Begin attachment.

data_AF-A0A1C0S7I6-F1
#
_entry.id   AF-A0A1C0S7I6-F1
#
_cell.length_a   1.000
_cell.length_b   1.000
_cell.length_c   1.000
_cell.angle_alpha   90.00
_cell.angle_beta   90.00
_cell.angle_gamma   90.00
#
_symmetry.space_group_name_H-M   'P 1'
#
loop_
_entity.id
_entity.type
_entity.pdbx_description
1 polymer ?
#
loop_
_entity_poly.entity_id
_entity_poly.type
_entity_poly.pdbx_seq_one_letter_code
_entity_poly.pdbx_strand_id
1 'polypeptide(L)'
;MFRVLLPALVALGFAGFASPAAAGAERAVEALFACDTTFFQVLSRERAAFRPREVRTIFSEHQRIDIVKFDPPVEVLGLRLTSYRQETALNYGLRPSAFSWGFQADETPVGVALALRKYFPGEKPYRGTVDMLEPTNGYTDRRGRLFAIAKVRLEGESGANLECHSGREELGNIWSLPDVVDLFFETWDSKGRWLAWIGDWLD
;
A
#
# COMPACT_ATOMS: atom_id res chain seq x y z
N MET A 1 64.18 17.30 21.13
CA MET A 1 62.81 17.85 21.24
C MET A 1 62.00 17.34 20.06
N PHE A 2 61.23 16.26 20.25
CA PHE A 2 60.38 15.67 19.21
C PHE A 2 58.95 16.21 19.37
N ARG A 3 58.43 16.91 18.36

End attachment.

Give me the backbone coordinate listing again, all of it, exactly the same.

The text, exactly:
data_AF-A0A1C0S7I6-F1
#
_entry.id   AF-A0A1C0S7I6-F1
#
_cell.length_a   1.000
_cell.length_b   1.000
_cell.length_c   1.000
_cell.angle_alpha   90.00
_cell.angle_beta   90.00
_cell.angle_gamma   90.00
#
_symmetry.space_group_name_H-M   'P 1'
#
loop_
_entity.id
_entity.type
_entity.pdbx_description
1 polymer ?
#
loop_
_entity_poly.entity_id
_entity_poly.type
_entity_poly.pdbx_seq_one_letter_code
_entity_poly.pdbx_strand_id
1 'polypeptide(L)'
;MFRVLLPALVALGFAGFASPAAAGAERAVEALFACDTTFFQVLSRERAAFRPREVRTIFSEHQRIDIVKFDPPVEVLGLRLTSYRQETALNYGLRPSAFSWGFQADETPVGVALALRKYFPGEKPYRGTVDMLEPTNGYTDRRGRLFAIAKVRLEGESGANLECHSGREELGNIWSLPDVVDLFFETWDSKGRWLAWIGDWLD
;
A
#
# COMPACT_ATOMS: atom_id res chain seq x y z
N MET A 1 64.18 17.30 21.13
CA MET A 1 62.81 17.85 21.24
C MET A 1 62.00 17.34 20.06
N PHE A 2 61.23 16.26 20.25
CA PHE A 2 60.38 15.67 19.21
C PHE A 2 58.95 16.21 19.37
N ARG A 3 58.43 16.91 18.36